Patricia McGinnis has six brothers and sisters who help her take care of their 89-year-old mother. Though their mother is alert and able to live on her own, she is blind and has balance problems that have led to several falls, for which she has received care.
It takes all of the siblings working together to help their mother stay at home. But every day, as president of the California Advocates for Nursing Home Reform, McGinnis deals with people who don’t have that choice and must live in nursing homes because they lack the financial resources or social support to remain at home as they age.
Home-based care is increasingly seen as a legitimate and less costly alternative to nursing home care. The Patient Protection and Affordable Care Act, signed into law by President Obama in March 2010, includes provisions to assist people who want to stay in their homes longer.
“I think it’s probably one of the most important reforms to long-term care since Medicare and Medicaid went into effect in 1965,” McGinnis said. “This is imperative, so I am really excited about it.”
About 1.5 million people live in nursing homes in the U.S., according to the Centers for Disease Control and Prevention. And more than 10 million Americans — mostly people 65 or older — need long-term services and support to help them with daily activities, according to the Kaiser Family Foundation.
Elinor Ginzler, senior vice president for livable communities at AARP, said the organization is always fighting for more funding to help people stay in their homes longer.
“Nursing homes are not a first choice,” she said. “People like where they are living. We surveyed the 50-plus population and found that 86% of them want to stay in their homes.”
One of the main reasons is financial.
The cost of staying at a nursing home ranges from about $40,000 to $85,000 a year, according to a recent report by John Hancock Financial Services Inc., an insurance and financial services company. The average cost of a home health aide, on the other hand, is about $37,000 a year.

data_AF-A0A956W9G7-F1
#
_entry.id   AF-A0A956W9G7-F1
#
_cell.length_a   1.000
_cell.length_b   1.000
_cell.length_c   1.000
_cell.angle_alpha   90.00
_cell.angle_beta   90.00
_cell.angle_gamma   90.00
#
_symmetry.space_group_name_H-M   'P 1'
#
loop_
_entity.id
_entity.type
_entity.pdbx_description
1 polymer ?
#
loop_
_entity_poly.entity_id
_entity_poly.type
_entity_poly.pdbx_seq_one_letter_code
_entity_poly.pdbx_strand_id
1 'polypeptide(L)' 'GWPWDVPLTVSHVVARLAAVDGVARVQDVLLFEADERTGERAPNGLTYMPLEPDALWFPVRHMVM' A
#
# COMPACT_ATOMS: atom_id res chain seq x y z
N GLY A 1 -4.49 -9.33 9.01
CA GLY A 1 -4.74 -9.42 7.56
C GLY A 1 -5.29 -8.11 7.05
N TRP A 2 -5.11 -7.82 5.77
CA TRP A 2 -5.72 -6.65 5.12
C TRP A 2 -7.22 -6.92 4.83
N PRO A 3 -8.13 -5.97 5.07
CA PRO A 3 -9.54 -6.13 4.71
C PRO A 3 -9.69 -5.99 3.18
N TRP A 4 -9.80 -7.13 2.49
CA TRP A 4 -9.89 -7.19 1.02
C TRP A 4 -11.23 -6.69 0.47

A long-term care insurance policy McGinnis purchased some time ago pays for most of her mother’s healthcare at home. But not everyone has that kind of insurance. “If you look at the baby boomers coming up, I wonder how we are going to pay for all of this,” she said. “The average retirement savings of people 55 or older is $29,000 a year.”
New provisions of the Affordable Care Act should help. The most ambitious part of the act to do with long-term care is the Community Living Assistance Services and Supports Act, or CLASS — a voluntary, consumer-financed insurance plan to cover long-term care expenses.
“It is a really different and new way of looking at the delivery and financing of long-term care in the U.S.,” said Dee Mahan, deputy director of health policy at FamiliesUSA, a nonprofit healthcare advocacy organization. “I think the program is really, really important.”
The insurance plan is similar to those currently available in the private market, but there are a few major distinctions. First, the program will be administered by the government. Second, any working adult age 18 or older will be able to enroll, regardless of any preexisting medical condition, and benefits will be good for as long as someone needs long-term care.
And unlike most private long-term care insurance plans, which restrict how money can be used, the government plan will offer benefits that could be used for a wide variety of expenses including hiring a home care provider and doing home modifications.